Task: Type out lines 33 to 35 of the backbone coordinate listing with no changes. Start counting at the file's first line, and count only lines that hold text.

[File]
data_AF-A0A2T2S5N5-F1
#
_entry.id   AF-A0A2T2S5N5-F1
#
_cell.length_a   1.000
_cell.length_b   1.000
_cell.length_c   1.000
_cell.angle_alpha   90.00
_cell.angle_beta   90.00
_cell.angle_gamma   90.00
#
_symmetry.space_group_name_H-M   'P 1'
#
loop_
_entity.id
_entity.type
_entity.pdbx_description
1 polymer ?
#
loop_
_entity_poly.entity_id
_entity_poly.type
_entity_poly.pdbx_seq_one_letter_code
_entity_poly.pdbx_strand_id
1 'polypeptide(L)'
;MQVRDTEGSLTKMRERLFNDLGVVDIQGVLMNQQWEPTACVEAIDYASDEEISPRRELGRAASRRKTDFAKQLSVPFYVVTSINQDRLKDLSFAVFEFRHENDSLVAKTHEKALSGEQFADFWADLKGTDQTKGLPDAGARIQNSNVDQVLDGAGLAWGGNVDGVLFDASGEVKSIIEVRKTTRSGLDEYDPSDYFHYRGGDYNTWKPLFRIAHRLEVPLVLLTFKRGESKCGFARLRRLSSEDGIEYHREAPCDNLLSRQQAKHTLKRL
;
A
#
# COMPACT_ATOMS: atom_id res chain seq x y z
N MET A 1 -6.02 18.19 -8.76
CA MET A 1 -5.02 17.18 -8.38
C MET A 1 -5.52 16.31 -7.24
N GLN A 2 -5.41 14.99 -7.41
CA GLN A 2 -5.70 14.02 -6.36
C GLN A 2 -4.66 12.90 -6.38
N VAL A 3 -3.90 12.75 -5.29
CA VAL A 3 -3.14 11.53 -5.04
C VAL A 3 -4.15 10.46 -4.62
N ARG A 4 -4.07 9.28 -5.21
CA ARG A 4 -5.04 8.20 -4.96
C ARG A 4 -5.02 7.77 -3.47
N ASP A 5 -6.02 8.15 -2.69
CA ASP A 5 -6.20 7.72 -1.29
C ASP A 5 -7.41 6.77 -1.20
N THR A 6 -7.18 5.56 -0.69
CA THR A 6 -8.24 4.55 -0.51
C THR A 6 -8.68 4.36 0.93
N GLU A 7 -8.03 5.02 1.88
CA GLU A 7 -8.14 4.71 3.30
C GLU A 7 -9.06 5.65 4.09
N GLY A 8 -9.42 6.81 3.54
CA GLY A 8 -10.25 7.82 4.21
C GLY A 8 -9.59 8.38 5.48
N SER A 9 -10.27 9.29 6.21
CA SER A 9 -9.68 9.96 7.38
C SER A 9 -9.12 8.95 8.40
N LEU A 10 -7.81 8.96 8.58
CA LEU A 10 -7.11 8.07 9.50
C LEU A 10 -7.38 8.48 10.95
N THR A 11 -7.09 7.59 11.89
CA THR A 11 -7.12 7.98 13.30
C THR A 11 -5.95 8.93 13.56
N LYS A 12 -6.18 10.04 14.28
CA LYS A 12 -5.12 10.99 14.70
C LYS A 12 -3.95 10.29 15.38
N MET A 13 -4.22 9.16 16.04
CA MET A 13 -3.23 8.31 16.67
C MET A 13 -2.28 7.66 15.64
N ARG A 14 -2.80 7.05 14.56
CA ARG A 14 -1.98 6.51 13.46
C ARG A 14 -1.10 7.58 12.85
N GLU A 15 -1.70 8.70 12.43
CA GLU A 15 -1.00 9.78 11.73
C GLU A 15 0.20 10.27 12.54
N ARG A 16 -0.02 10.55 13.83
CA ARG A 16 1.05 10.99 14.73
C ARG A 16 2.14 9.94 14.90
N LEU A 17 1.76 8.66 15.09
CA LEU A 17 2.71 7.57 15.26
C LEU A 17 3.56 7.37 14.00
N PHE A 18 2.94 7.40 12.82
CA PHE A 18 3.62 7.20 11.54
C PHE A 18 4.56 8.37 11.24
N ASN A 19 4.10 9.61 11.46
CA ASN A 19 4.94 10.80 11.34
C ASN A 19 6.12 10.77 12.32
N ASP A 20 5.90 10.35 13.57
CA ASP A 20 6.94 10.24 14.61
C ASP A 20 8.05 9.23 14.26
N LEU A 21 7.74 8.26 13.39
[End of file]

C MET A 1 -5.52 16.31 -7.24
N GLN A 2 -5.41 14.99 -7.41
CA GLN A 2 -5.70 14.02 -6.36